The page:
The Late Movies: Robots in Music
Composers are notorious for their antisocial streak, and musicians are notorious for their lazy streak"¦ so why not skip the turtlenecks, rehearsals, per diems, unions, living out of a van, all the drug problems -- and let the Toasters deal with it? Here are ten videos that just might answer the question.
League of Electronic Musical Urban Robots (LEMUR), founded by Eric Singer, have built a four-necked self-playing instrument called Guitar Bot. In this video, it performs The EmergencyBot TV Theme.
Just when you thought Jazz was safe from the robot invasion, guitarist Pat Metheny has built an entire orchestra called The Orchestrion.
In 2009, Dr. Zoltan Ã˜belisk recorded the first-ever man vs. machine drum battle. In this video, his Drumkit From Hell programming duels against drum virtuoso, Marco Minnemann.
In the late '80s, Frank Zappa (the man who asked, "Does humor belong in music?") outsmarted us all, quit playing with humans altogether, and retreated to his basement with a half-million-dollar contraption called The Synclavier. In this interview, he explains why.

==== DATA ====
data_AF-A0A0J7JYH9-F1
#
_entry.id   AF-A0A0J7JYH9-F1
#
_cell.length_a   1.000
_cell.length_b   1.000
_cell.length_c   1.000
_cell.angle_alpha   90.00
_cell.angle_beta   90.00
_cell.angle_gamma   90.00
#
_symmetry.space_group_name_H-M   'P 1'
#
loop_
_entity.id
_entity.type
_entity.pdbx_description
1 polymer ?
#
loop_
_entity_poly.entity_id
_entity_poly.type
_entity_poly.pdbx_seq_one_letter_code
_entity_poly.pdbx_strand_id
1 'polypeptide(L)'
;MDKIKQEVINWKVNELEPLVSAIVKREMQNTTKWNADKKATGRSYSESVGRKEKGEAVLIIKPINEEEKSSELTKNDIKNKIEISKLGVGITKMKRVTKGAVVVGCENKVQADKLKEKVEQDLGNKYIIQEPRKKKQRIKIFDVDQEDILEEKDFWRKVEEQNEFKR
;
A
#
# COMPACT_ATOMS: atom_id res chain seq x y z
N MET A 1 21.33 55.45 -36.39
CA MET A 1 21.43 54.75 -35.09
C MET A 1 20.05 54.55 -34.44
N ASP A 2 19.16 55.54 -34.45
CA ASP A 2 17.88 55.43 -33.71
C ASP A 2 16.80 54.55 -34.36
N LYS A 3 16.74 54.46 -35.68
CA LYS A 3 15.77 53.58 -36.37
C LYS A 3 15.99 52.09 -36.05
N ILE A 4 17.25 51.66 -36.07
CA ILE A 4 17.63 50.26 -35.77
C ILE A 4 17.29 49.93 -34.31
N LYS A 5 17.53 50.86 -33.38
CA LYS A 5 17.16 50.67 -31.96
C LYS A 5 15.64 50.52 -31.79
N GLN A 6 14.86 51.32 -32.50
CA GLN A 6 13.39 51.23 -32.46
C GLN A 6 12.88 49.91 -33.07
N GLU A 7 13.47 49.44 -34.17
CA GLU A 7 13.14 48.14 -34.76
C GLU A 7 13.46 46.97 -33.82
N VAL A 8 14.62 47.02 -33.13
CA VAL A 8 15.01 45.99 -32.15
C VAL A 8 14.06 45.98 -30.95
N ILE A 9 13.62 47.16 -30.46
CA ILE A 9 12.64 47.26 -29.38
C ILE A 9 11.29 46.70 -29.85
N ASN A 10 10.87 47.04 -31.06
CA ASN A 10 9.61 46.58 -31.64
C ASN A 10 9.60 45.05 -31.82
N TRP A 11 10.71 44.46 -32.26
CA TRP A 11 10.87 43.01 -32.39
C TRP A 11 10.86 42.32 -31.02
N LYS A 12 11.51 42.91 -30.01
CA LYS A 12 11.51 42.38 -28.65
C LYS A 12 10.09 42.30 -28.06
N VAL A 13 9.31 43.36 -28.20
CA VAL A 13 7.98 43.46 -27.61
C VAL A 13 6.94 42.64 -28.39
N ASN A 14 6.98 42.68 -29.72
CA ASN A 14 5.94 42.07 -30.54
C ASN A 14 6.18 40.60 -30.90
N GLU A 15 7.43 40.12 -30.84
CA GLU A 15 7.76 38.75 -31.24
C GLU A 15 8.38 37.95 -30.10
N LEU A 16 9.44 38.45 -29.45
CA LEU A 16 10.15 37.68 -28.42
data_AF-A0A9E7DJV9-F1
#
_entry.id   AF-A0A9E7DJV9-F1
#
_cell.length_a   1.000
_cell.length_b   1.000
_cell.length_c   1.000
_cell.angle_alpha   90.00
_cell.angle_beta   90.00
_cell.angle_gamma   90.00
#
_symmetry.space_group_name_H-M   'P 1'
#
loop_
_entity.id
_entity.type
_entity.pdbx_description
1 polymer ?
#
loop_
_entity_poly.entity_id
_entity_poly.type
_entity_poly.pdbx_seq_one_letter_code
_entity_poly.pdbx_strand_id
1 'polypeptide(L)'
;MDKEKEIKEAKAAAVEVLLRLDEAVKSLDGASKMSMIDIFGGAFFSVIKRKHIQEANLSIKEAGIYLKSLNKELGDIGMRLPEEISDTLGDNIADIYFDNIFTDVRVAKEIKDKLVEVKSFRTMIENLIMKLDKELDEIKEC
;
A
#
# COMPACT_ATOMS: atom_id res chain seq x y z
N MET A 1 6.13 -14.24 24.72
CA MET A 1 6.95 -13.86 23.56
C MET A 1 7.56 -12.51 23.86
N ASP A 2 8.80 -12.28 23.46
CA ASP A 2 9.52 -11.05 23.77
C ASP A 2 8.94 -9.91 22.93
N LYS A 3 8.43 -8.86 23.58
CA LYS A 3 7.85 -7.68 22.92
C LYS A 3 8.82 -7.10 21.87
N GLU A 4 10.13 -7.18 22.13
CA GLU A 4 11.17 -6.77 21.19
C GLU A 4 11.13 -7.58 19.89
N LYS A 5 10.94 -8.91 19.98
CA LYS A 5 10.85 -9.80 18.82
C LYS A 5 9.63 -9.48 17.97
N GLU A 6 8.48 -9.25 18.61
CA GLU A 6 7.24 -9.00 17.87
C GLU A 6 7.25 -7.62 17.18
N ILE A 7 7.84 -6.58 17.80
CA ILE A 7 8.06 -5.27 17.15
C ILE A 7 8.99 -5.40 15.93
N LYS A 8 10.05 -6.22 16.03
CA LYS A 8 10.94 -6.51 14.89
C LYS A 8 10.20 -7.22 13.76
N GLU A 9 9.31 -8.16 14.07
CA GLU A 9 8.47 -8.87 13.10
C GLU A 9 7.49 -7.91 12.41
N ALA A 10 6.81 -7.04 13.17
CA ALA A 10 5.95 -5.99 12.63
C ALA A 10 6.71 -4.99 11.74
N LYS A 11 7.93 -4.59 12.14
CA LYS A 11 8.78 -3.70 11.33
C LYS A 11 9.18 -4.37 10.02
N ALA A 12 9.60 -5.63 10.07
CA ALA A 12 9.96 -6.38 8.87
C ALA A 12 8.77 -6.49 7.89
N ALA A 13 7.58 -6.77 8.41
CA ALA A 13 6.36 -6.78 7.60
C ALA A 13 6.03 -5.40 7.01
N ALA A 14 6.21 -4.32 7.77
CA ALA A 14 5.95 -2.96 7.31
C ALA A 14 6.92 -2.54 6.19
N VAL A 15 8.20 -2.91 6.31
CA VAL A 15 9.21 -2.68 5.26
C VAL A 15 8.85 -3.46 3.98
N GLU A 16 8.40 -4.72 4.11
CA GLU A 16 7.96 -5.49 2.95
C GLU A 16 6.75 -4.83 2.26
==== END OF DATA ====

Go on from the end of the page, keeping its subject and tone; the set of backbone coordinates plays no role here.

Captured! By Robots is a band from San Francisco, led by a human inventor named JBOT, who was"¦ well, the name says it all. Here, they perform Don't Stop Believin' by Journey.
And who says robots can't surf? Look out, Dick Dale"¦
The Mighty Wurlitzer is a theater organ originally designed to accompany silent movies. The multiple keyboards trigger real percussion, woodwinds, brass"¦ an entire self-contained orchestra. But here's the best part"¦ it can also be programmed via standard midi. Don't tell Danny Elfman.
Toyota has taught their own robots to play violin"¦
And on occasion, a mean baritone horn solo.
Animusic, a company founded by Wayne Lytle, doesn't only make fake music, but fake robots to go along with it. In this video, a Yamaha Piano plays along with an animated band.
Don't let Lieutenant Commander Data fool you. At this rate, we know which superior beings will figure out how to whistle long before the 24th century. It can't be that hard, right?
Carl King lives in Los Angeles and has never owned a car. His upcoming book on creative careers will be published by MWP in 2011. You can read about his latest existential crisis over at carlkingcreative.com.